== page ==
Art by Kris Harper
It used to be that if you finished a book and were dying to start the next in the series, you had to run out to a bookstore and hope it was in stock. Now, Amazon can deliver the next book to your doorstep in less than an hour in some locations, including Los Angeles.
For many, this convenient method makes physical bookstores superfluous. Long gone are the days of the Harry Potter midnight book premieres, when there were lines outside of bookstores around the country. Now, everyone would have already preordered the books on Amazon or on their Kindle. For many, there is no more practical need for a physical bookstore.
This technological revolution in literature is affecting some very deeply, including the only remaining bookstore in Malibu: Bank of Books. Located north of Pepperdine in the Point Dume Plaza Shopping Center, Bank of Books has been the sole bookstore in Malibu after the closing of Diesel Books in 2014. Bank of Books sells a variety of literature including both new and used books, as well as works by local authors.
Bank of Books also offers all sorts of community events, such as children’s storytime readings. Located next to Lily’s, it is a common place to spot Pepperdine students browsing the aisles, waiting for burritos. Bank of Books has been one of the only places that Pepperdine students can browse books in person. The Pepperdine Follett bookstore does not offer much outside of textbooks and the next closest bookstore is through the canyon. Unfortunately, Bank of Books will only be open for a couple more months before closing permanently in April.
Clarey and Debby Rudd, co-owners of the store, explained in a letter to customers quoted in the Malibu Times that “this is not another standard Malibu ‘greedy landlord forcing mom and pop shop out of business’ story,” according to “Bank of Books to Close in April,” published by the Malibu Times Feb. 3, 2016. The owners go on to explain that sales have stagnated to the point where there is no other option. For Bank of Books, like so many small businesses, the convenience of the Internet has put them out of business.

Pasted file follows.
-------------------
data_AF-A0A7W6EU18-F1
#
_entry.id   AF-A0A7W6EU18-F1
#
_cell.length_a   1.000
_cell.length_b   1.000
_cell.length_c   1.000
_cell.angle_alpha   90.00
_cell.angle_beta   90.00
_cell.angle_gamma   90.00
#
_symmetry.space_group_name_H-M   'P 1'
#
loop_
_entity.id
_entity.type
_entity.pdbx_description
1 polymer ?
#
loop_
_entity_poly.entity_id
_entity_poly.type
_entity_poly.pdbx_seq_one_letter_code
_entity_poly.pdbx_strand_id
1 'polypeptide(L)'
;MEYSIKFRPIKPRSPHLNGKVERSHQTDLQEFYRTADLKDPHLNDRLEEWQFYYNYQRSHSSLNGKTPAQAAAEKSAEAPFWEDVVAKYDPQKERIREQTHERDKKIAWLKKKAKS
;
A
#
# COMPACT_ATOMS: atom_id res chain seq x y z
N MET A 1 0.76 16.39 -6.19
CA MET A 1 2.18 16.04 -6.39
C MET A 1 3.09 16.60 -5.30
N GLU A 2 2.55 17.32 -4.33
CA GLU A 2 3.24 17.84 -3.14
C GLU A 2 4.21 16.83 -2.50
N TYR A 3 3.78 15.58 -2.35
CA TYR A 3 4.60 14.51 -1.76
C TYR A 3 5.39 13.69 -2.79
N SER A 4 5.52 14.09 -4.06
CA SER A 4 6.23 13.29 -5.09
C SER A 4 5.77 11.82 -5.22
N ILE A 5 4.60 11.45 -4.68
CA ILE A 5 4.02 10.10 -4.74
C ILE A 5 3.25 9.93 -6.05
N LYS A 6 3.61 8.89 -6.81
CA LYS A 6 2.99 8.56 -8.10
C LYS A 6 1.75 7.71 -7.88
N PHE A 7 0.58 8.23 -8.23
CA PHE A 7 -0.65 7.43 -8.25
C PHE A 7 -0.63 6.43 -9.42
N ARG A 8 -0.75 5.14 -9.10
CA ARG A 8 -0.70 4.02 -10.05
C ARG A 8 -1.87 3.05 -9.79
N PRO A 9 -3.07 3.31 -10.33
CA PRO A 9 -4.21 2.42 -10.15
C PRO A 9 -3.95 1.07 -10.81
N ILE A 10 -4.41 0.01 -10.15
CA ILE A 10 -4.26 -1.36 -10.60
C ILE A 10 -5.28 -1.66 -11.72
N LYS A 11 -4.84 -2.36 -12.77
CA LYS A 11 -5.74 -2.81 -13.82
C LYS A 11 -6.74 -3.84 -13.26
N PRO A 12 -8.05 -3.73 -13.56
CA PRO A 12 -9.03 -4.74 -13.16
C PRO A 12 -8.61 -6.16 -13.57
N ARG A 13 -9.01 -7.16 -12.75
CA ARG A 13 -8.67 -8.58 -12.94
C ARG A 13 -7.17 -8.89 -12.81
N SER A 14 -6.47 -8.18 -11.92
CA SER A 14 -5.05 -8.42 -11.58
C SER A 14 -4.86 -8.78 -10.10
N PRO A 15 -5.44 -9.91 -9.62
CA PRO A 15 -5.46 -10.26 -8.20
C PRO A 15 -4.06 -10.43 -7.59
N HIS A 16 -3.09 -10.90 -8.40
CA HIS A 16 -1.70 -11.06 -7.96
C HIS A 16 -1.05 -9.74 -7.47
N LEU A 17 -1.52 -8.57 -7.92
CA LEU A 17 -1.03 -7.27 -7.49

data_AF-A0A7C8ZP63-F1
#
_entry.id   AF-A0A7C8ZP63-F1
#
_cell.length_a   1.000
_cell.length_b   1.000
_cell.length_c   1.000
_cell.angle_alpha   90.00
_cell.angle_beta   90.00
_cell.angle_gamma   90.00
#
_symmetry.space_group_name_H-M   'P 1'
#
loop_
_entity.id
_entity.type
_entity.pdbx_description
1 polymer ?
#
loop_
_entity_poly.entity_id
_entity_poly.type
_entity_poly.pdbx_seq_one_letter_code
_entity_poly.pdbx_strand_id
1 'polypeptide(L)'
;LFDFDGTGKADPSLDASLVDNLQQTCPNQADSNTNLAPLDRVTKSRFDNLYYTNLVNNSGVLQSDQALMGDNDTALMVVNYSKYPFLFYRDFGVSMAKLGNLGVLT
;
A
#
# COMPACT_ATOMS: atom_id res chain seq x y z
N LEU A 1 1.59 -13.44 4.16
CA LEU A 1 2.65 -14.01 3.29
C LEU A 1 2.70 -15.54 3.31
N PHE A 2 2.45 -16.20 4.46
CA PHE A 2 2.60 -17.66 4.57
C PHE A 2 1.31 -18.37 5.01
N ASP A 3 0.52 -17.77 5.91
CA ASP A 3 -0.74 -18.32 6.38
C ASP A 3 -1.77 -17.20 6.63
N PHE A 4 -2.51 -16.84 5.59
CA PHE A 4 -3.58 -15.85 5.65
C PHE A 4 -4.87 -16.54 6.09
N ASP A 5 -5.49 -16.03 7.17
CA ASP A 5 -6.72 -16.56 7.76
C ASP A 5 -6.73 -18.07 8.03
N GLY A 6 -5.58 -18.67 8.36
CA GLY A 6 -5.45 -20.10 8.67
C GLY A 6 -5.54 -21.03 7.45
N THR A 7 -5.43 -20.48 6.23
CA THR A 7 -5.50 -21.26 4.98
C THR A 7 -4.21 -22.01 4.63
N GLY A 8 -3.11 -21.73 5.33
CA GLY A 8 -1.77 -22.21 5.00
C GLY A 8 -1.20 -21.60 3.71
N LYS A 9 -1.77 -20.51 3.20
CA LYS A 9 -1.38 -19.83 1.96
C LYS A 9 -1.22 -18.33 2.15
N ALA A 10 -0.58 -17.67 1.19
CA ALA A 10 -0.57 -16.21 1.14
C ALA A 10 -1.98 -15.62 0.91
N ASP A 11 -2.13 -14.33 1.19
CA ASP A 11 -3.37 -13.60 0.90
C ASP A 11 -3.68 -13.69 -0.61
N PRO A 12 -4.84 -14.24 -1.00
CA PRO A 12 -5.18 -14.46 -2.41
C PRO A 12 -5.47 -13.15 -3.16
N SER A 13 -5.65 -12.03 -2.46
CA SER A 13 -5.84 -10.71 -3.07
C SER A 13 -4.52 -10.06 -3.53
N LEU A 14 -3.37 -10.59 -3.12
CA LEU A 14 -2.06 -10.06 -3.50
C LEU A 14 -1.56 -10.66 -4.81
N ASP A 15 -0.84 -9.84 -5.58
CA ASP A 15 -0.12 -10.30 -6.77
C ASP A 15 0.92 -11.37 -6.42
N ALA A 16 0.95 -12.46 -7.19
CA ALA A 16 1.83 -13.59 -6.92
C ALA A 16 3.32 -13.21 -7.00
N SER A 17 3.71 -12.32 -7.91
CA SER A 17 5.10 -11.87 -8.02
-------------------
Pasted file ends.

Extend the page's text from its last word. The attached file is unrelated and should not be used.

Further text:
Bank of Books is just the most recent example in an unfortunate trend. By turning to places like Amazon that are quick, simple and do not require leaving your house, smaller “mom and pop” businesses are forced to shut down. Bank of Books may have required a drive, but when you got there, Clarey, one of the owners, would be there to help because that is what he loves to do. The personal aspect of going shopping for books is lost when physical stores like Bank of Books shut down.
Clarey lost his larynx because of cancer, but he still loves to help people in the store, according to the LA Times article “Malibu’s Bank of Books to Close in April” published Feb. 1 and written by Carolyn Kellogg. “Literature, as you know, helps people with their problem. They escape with novels. They learn about life, the world,” he said in the article.
Bank of Books is an example of a family opening a store and following the American dream. However, the continued support necessary to keep that dream alive has been sacrificed for the sake of convenience.
As a Pepperdine student trying to balance school, work and extracurriculars, convenience often sounds like the best option. However, it is important to slow down sometimes and value the ability to browse a real bookshelf or talk to a real person that is invested in what they sell and in helping others. Without support from the community, more places like Bank of Books will have to close in the future, leaving Malibu a more convenient, but less personal, place.
Follow Tara Jenkins on Twitter: @tara_jenks